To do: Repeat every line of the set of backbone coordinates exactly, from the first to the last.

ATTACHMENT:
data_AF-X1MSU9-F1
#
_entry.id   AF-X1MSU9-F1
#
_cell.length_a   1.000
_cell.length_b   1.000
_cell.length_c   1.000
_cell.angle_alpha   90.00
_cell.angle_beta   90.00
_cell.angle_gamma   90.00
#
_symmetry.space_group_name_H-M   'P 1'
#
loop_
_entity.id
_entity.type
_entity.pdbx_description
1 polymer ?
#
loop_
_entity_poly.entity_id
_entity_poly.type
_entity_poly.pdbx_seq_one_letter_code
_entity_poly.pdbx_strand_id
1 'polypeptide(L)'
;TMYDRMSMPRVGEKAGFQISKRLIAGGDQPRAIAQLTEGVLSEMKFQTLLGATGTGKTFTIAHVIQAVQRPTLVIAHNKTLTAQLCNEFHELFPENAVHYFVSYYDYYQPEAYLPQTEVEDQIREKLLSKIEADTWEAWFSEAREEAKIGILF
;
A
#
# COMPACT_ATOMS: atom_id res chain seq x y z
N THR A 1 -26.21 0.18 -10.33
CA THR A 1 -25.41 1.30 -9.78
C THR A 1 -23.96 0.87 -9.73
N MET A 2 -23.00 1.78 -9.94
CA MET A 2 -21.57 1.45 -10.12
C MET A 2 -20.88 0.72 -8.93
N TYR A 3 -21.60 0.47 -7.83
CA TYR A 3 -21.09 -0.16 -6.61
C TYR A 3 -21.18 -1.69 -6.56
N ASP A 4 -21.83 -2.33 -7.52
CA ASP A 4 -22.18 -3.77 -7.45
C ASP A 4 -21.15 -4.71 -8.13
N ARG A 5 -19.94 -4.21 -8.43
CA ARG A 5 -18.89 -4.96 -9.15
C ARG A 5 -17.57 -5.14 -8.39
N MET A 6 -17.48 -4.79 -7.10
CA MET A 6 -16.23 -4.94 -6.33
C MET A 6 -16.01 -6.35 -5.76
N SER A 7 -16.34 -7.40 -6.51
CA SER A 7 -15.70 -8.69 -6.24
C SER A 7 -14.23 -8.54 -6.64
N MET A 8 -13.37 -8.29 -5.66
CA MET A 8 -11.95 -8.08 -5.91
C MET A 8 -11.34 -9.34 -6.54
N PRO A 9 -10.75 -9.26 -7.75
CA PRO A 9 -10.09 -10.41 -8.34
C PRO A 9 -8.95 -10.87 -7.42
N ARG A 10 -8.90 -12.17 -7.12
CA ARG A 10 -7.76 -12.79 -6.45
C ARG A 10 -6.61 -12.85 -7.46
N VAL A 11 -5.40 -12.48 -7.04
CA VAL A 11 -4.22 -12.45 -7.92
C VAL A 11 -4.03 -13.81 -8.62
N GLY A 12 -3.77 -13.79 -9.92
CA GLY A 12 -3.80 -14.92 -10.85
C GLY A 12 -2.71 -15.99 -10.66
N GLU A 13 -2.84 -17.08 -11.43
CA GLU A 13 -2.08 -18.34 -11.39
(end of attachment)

data_AF-X1MSU9-F1
#
_entry.id   AF-X1MSU9-F1
#
_cell.length_a   1.000
_cell.length_b   1.000
_cell.length_c   1.000
_cell.angle_alpha   90.00
_cell.angle_beta   90.00
_cell.angle_gamma   90.00
#
_symmetry.space_group_name_H-M   'P 1'
#
loop_
_entity.id
_entity.type
_entity.pdbx_description
1 polymer ?
#
loop_
_entity_poly.entity_id
_entity_poly.type
_entity_poly.pdbx_seq_one_letter_code
_entity_poly.pdbx_strand_id
1 'polypeptide(L)'
;TMYDRMSMPRVGEKAGFQISKRLIAGGDQPRAIAQLTEGVLSEMKFQTLLGATGTGKTFTIAHVIQAVQRPTLVIAHNKTLTAQLCNEFHELFPENAVHYFVSYYDYYQPEAYLPQTEVEDQIREKLLSKIEADTWEAWFSEAREEAKIGILF
;
A
#
# COMPACT_ATOMS: atom_id res chain seq x y z
N THR A 1 -26.21 0.18 -10.33
CA THR A 1 -25.41 1.30 -9.78
C THR A 1 -23.96 0.87 -9.73
N MET A 2 -23.00 1.78 -9.94
CA MET A 2 -21.57 1.45 -10.12
C MET A 2 -20.88 0.72 -8.93
N TYR A 3 -21.60 0.47 -7.83
CA TYR A 3 -21.09 -0.16 -6.61
C TYR A 3 -21.18 -1.69 -6.56
N ASP A 4 -21.83 -2.33 -7.52
CA ASP A 4 -22.18 -3.77 -7.45
C ASP A 4 -21.15 -4.71 -8.13
N ARG A 5 -19.94 -4.21 -8.43
CA ARG A 5 -18.89 -4.96 -9.15
C ARG A 5 -17.57 -5.14 -8.39
N MET A 6 -17.48 -4.79 -7.10
CA MET A 6 -16.23 -4.94 -6.33
C MET A 6 -16.01 -6.35 -5.76
N SER A 7 -16.34 -7.40 -6.51
CA SER A 7 -15.70 -8.69 -6.24
C SER A 7 -14.23 -8.54 -6.64
N MET A 8 -13.37 -8.29 -5.66
CA MET A 8 -11.95 -8.08 -5.91
C MET A 8 -11.34 -9.34 -6.54
N PRO A 9 -10.75 -9.26 -7.75
CA PRO A 9 -10.09 -10.41 -8.34
C PRO A 9 -8.95 -10.87 -7.42
N ARG A 10 -8.90 -12.17 -7.12
CA ARG A 10 -7.76 -12.79 -6.45
C ARG A 10 -6.61 -12.85 -7.46
N VAL A 11 -5.40 -12.48 -7.04
CA VAL A 11 -4.22 -12.45 -7.92
C VAL A 11 -4.03 -13.81 -8.62
N GLY A 12 -3.77 -13.79 -9.92
CA GLY A 12 -3.80 -14.92 -10.85
C GLY A 12 -2.71 -15.99 -10.66
N GLU A 13 -2.84 -17.08 -11.43
CA GLU A 13 -2.08 -18.34 -11.39